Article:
Dig deeper and you’ll find yourself with even more to think about. When a character’s health gets low, they’ll enter a rage which rapidly builds their ‘Heart Heat Gauge’ and makes them hit harder; a great leveller in lop-sided fights. Stage interactions too have an important part to play. Should you or your foe be felled in glowing areas of the stage, you’ll trigger damaging events can periodically knock you for six if you’re caught in the blast. This could be causing a chariot to run dangerously around the arena, cars to drive through your path, or bolts of electric to rain down from a nearby street sign. My personal favourite, though, was the ghostly serial killer flying around the room in a Polaroid photo, trying to hit you with a butcher’s knife.
This quirky flare is a huge part of what All Star Battle does best, turning the most mundane action into a thrilling event; even something as basic as a throw gets the royal animation treatment here. However, for all the flashiness there are times where any potential rhythm gets stunted through its design. General movement, for example, is remarkably slow, so moving across the screen can be painful. There is also a long cool-down period after even the simplest of attacks that leaves you vulnerable a smidgen longer than it needs to. Even some of the Heart Heat Attacks can get in the way of any natural flow, and it’s for that reason I found it hard to enjoy all it had to offer.
Also, while it looks and runs great with its manga art style, the audio can be a little too much at times. The soundtrack is great, don’t get me wrong; an awesome mix of upbeat jazz, but the shouts of general combat just hit a point where they grated on me enormously. Sure, you expect some recurrence in a fighting game’s audio, but unaided by the A.I.’s tendency to spam the same moves continuously, JoJo’s Bizarre Adventure takes repetition to a whole new level.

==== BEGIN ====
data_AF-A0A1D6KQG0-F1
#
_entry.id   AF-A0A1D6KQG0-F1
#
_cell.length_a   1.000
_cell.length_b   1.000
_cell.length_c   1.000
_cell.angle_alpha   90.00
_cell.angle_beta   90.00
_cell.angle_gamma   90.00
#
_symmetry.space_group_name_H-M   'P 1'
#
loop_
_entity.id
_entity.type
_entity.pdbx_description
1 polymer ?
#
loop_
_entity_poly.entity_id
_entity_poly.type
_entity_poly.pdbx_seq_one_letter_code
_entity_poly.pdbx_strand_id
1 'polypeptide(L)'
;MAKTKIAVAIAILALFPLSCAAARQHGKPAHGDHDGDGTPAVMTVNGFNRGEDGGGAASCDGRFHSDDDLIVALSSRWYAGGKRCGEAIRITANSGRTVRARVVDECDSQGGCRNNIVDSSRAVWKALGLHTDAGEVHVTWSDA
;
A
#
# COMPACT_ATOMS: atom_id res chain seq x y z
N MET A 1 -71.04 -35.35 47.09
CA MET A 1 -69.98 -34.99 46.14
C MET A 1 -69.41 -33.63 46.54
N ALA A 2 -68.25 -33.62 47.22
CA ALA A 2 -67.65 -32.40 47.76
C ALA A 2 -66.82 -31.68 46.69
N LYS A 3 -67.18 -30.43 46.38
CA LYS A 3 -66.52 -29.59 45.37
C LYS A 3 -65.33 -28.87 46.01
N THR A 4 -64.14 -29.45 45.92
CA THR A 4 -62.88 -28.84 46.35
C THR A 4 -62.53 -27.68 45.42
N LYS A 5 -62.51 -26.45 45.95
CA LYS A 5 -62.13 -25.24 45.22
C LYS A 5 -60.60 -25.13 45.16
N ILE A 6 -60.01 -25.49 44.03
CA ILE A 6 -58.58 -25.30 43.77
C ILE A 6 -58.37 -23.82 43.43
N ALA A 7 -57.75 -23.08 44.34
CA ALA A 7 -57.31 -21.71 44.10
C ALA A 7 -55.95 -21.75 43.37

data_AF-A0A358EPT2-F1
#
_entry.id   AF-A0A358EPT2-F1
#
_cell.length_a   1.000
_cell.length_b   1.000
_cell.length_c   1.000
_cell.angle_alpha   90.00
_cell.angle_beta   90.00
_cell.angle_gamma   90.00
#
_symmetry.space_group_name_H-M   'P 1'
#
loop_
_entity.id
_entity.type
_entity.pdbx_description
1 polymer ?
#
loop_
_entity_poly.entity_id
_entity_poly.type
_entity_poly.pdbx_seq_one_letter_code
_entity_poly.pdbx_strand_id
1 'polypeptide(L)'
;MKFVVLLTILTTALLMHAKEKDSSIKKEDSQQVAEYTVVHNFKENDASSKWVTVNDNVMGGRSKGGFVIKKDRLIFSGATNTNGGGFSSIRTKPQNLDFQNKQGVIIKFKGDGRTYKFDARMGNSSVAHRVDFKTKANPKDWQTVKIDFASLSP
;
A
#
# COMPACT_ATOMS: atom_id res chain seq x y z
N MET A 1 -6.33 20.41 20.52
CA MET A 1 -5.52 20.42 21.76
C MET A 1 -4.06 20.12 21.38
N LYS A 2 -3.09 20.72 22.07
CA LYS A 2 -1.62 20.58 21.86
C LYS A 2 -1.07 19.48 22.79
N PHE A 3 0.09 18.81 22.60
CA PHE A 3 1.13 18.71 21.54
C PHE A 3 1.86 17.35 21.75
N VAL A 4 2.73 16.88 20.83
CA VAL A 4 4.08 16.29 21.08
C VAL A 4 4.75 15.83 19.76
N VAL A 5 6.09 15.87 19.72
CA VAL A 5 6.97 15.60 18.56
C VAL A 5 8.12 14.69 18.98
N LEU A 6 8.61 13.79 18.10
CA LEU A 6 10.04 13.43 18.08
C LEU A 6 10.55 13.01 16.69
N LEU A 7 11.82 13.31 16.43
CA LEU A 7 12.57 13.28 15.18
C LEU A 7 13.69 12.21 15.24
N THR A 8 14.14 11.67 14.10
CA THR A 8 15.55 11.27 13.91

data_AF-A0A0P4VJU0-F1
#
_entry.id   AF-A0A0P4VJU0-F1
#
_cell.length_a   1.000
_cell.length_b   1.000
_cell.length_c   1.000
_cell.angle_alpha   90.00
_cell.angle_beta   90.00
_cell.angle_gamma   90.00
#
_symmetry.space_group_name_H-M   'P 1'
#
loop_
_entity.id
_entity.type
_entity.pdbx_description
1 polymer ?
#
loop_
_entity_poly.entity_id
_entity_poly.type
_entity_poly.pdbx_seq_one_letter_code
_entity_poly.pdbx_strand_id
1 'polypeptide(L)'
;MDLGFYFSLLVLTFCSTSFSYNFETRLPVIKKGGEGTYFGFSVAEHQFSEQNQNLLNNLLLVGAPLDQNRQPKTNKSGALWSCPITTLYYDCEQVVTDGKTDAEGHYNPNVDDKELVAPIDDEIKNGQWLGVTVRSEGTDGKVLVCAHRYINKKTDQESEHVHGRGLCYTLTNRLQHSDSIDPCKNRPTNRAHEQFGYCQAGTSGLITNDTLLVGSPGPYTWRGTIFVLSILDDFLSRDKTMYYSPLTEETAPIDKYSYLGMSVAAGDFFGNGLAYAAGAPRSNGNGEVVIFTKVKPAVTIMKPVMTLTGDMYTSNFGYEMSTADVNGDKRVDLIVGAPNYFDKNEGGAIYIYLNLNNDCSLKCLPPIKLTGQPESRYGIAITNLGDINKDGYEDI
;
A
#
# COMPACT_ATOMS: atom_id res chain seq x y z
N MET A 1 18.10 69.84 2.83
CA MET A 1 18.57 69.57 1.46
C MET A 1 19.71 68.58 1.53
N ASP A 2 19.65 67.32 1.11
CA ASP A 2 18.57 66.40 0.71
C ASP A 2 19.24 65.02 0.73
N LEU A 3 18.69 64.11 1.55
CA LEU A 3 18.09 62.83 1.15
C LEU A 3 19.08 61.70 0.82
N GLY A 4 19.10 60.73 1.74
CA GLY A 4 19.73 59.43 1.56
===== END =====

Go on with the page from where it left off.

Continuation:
Online is an important component for most fighting games, but All Star Battle comes up short in this area. Offering only Ranked and Player matches, the versus mode is riddled with lag that, instead of causing customary stuttering, pauses the action periodically to advise you that it’s ‘transmitting data’.
Button lag too was a massive drag, with actions being performed almost half a second after the input, resulting in moments where attempts to execute single forward jumps could yield multiple jumps instead. I can’t wholly rule out the possibility of the infamous ‘crappy Australian internet connection’ as an issue, but when I’ve been playing other fighting games without a problem over the last year, so it’s hard to believe that the issues are all on my side.
There is an interesting pseudo online option on offer called Campaign Mode, where you battle against a string of player-customised A.I. characters in the hope of finding bosses. While there’s some really cool stuff in here, such as the ability to buy status effects, I still favoured the uncluttered approach of the arcade mode. That said, the Campaign is still a far more varied and pleasing option than the Story Mode.
All Star or No Stars?
There is definitely a lot to like about JoJo’s Bizarre Adventure: All Star Battle, a whole lot in fact. It’s got a tremendous amount of heart and a spirited personality that’s completely its own. It didn’t matter one bit that I always didn’t understand what the hell was going on or why, because it just carries itself in such an entertaining fashion that I couldn’t help but go along with it.
That said, there are definite issues that prevent it from being a standout in its genre. The lack of a solid training component is surprising, the Story Mode just isn’t that much fun given its importance, and elements of the core mechanics aren’t as refined they as should be. Throw in a problematic online mode and you’re left with a fighter that is certainly worth a look, but is just not as strong as its direct competition.